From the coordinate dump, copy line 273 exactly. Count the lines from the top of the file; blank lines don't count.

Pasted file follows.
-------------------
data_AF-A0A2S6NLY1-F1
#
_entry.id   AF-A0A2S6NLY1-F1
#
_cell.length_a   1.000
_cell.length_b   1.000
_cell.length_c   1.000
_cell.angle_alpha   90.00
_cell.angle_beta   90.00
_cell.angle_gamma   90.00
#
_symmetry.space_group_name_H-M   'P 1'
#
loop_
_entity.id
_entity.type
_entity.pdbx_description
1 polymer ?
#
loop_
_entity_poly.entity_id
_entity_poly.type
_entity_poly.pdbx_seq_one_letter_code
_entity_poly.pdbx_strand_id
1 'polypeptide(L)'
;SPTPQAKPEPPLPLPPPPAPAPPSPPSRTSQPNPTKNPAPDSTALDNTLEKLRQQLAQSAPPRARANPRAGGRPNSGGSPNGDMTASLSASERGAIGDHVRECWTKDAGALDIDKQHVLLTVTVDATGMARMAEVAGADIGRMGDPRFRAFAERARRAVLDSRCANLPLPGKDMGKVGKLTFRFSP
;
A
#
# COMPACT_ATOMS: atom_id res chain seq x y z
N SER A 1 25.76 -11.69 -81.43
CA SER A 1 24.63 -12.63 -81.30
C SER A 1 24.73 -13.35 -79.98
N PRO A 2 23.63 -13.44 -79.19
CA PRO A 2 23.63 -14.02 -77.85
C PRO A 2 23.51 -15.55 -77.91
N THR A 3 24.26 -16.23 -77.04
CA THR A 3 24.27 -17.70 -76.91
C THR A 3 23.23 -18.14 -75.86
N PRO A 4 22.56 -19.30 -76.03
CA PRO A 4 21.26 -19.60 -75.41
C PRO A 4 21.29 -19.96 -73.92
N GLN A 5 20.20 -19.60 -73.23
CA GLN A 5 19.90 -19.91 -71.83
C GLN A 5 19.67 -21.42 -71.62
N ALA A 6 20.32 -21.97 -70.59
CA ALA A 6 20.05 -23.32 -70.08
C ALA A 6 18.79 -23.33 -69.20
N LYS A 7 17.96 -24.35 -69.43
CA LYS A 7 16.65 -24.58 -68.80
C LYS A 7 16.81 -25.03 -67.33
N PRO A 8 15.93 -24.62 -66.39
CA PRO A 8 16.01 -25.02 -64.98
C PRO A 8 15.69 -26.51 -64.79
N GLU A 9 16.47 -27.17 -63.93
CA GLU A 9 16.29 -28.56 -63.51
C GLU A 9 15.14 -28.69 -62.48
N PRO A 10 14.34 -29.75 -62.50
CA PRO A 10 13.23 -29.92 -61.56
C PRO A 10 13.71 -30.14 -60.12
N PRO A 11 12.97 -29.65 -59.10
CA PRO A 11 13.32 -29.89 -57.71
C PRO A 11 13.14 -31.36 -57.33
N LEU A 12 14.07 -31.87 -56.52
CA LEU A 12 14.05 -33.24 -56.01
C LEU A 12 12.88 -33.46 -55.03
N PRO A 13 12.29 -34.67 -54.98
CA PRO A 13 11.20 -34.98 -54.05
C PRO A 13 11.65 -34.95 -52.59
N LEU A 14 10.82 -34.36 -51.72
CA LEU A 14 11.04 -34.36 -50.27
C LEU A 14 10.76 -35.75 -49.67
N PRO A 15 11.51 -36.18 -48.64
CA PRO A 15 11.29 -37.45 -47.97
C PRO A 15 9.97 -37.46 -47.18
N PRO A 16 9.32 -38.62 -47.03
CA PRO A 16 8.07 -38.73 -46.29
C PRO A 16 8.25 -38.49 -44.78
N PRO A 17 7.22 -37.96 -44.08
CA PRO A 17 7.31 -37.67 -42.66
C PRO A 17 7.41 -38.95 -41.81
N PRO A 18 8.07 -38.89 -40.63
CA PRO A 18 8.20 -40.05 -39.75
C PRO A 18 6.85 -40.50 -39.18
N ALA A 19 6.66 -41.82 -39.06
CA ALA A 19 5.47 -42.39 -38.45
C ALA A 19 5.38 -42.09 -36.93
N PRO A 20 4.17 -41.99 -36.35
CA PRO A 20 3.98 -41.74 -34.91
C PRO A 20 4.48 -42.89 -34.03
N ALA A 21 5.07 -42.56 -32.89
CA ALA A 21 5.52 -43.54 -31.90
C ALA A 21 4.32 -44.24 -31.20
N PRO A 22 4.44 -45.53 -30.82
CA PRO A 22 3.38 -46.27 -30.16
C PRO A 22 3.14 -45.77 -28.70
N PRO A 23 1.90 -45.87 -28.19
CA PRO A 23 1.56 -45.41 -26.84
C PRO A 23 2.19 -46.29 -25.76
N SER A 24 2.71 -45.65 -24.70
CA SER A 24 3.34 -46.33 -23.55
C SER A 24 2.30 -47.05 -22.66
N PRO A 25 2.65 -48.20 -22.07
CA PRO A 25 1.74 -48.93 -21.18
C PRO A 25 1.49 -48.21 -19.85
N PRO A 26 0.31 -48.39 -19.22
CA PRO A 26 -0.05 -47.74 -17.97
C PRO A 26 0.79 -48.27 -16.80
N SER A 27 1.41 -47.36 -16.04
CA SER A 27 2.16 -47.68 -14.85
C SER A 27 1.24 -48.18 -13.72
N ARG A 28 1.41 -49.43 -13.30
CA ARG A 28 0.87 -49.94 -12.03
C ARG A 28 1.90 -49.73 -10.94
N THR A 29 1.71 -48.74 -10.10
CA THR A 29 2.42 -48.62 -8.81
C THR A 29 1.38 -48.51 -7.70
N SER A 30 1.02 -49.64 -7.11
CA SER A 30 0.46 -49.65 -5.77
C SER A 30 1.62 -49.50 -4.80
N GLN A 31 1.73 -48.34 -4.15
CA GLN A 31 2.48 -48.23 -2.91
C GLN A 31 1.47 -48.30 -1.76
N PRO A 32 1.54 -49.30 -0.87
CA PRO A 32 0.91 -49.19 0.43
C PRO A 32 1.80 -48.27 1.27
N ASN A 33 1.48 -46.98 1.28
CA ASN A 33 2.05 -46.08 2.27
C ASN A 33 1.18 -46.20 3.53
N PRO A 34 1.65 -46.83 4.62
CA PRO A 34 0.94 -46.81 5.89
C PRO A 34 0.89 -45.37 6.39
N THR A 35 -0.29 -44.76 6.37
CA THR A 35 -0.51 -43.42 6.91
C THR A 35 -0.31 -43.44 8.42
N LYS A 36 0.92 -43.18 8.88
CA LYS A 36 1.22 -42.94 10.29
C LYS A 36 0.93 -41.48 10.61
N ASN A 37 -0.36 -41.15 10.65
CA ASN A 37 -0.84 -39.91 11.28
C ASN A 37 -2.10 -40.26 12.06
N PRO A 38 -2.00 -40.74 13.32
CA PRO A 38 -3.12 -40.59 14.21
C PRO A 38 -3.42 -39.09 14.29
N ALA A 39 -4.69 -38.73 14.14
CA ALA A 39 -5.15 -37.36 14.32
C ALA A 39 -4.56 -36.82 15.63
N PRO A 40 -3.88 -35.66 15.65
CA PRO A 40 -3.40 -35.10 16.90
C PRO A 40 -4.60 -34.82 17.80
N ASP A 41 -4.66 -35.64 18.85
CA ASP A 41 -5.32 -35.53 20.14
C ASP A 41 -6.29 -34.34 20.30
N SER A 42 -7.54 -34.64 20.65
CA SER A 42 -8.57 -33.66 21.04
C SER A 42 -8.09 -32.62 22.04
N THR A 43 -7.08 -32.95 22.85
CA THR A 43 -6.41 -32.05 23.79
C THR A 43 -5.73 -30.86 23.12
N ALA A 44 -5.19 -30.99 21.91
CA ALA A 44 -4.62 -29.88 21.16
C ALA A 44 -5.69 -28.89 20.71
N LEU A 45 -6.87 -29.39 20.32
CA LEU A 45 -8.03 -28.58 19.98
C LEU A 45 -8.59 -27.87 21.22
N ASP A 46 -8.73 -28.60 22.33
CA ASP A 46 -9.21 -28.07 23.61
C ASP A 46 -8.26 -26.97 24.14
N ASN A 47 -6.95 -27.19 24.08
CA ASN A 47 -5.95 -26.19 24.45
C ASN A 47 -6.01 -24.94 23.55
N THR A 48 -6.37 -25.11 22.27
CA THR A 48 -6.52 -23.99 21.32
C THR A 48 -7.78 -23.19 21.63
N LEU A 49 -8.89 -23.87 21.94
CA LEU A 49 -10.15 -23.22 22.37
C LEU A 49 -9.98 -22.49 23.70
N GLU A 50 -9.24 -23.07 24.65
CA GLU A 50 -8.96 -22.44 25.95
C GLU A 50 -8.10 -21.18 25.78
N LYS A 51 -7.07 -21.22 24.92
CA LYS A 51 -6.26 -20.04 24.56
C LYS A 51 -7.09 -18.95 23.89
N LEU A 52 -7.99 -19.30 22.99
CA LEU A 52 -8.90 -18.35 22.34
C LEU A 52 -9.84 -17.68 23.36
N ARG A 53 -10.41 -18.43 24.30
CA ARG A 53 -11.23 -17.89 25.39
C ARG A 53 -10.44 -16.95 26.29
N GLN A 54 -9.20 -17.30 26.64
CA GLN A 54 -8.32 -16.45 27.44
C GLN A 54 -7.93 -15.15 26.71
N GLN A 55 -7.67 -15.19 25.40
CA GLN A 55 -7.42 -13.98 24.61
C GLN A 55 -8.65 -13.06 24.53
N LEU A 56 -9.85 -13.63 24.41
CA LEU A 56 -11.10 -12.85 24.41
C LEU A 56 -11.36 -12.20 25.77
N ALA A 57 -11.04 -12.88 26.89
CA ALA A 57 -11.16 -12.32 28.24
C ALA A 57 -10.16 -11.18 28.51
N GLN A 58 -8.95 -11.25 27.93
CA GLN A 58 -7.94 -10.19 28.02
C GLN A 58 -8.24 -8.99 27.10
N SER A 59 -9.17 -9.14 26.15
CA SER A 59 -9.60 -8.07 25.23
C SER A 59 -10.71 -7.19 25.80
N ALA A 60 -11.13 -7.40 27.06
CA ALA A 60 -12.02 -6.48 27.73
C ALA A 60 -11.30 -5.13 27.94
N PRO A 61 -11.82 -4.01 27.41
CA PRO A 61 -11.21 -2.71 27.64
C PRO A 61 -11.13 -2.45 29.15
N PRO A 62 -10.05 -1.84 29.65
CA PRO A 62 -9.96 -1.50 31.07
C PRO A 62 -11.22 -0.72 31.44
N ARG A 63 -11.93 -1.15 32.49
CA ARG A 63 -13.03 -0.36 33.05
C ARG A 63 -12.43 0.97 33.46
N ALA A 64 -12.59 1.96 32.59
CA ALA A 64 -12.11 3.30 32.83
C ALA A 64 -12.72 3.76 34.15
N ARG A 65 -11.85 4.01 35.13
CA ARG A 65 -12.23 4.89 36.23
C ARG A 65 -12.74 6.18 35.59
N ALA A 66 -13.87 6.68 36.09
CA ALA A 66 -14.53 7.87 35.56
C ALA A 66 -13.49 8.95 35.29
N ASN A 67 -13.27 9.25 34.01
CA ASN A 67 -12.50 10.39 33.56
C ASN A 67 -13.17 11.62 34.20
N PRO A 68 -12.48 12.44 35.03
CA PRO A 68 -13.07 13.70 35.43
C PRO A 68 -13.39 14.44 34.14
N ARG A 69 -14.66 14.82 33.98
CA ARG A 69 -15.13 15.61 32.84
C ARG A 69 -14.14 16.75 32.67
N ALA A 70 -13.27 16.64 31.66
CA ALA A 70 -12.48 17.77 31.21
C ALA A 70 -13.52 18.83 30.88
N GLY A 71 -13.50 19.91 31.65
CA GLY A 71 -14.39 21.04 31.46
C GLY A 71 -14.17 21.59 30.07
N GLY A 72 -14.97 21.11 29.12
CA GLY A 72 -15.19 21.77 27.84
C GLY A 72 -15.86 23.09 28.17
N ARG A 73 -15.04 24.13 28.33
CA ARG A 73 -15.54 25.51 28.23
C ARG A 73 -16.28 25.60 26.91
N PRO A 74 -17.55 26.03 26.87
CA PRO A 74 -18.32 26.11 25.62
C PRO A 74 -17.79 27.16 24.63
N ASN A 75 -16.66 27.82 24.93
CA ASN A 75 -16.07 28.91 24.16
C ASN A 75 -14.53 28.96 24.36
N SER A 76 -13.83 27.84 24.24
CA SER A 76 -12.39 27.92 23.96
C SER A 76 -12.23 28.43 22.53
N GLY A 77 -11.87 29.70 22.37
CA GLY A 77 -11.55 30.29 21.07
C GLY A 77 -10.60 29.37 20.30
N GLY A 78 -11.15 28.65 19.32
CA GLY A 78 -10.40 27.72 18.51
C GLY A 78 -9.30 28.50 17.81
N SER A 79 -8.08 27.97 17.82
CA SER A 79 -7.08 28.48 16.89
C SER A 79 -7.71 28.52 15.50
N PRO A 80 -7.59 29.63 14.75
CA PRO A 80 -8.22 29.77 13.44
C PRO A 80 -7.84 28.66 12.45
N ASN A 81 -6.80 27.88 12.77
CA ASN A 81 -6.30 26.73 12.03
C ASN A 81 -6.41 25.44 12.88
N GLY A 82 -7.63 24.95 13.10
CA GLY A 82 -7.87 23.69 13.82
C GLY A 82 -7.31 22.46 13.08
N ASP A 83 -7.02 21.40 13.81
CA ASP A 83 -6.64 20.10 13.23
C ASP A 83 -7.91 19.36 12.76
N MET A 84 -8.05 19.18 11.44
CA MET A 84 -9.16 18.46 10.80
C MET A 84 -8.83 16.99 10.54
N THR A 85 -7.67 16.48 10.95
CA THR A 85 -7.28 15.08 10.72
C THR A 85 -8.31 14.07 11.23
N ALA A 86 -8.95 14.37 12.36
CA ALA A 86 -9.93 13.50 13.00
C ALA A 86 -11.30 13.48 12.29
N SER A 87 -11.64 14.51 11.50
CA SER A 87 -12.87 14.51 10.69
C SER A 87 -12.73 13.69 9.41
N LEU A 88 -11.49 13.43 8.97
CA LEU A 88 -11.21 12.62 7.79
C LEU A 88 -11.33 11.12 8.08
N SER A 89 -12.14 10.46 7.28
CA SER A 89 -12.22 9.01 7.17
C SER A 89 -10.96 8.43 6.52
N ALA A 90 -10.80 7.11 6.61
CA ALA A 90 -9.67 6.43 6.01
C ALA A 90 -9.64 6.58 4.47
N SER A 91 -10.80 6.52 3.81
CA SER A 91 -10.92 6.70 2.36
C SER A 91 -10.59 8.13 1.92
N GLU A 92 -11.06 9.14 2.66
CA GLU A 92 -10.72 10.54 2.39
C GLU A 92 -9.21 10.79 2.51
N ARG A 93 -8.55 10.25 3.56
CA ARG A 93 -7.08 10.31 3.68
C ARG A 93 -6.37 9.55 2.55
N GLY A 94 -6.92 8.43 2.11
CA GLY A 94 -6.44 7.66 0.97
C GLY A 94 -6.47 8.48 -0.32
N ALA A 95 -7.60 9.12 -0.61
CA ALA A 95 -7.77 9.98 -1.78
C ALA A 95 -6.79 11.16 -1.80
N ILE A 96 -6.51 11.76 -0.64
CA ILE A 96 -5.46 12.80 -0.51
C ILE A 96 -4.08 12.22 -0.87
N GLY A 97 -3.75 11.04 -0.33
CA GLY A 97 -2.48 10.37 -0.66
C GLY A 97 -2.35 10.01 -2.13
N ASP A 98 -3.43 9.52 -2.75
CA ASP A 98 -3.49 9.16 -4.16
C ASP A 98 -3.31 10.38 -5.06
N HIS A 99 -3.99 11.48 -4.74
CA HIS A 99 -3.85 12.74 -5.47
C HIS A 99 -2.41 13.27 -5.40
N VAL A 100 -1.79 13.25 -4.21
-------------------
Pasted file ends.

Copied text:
C ASN A 81 -6.41 25.44 12.88